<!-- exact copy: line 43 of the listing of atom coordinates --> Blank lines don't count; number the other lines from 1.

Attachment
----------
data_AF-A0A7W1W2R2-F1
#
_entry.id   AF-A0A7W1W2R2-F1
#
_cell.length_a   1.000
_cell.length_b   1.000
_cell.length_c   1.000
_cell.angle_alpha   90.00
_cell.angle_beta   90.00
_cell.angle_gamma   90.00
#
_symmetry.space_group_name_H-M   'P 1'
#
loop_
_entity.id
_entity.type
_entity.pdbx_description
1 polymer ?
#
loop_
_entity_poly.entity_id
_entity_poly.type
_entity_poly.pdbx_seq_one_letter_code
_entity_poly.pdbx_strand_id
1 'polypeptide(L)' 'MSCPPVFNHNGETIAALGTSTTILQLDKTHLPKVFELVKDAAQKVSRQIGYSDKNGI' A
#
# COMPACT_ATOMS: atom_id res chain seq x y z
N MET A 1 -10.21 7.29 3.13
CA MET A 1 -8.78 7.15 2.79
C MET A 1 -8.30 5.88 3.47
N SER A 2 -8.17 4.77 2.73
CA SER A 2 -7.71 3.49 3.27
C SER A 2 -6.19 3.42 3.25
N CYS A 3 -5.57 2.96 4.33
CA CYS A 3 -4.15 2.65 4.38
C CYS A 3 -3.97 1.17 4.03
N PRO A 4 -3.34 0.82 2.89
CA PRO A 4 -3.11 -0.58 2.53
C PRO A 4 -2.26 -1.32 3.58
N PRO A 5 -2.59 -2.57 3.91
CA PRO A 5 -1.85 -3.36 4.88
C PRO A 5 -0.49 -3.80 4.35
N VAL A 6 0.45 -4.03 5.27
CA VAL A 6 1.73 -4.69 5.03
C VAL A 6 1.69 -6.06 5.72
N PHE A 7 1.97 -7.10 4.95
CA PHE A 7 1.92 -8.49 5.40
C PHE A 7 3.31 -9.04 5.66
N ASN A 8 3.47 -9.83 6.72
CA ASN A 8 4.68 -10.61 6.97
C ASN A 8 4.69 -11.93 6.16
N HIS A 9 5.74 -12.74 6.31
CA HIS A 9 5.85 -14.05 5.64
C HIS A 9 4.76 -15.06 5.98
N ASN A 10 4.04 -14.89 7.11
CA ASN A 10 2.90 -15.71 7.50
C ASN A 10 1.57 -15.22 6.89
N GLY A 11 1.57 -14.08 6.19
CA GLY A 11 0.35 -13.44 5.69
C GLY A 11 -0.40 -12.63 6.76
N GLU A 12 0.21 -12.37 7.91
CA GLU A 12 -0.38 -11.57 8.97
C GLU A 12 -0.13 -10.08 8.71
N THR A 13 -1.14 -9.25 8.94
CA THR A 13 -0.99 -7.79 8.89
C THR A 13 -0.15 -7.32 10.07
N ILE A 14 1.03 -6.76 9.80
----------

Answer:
N VAL A 6 0.45 -4.03 5.27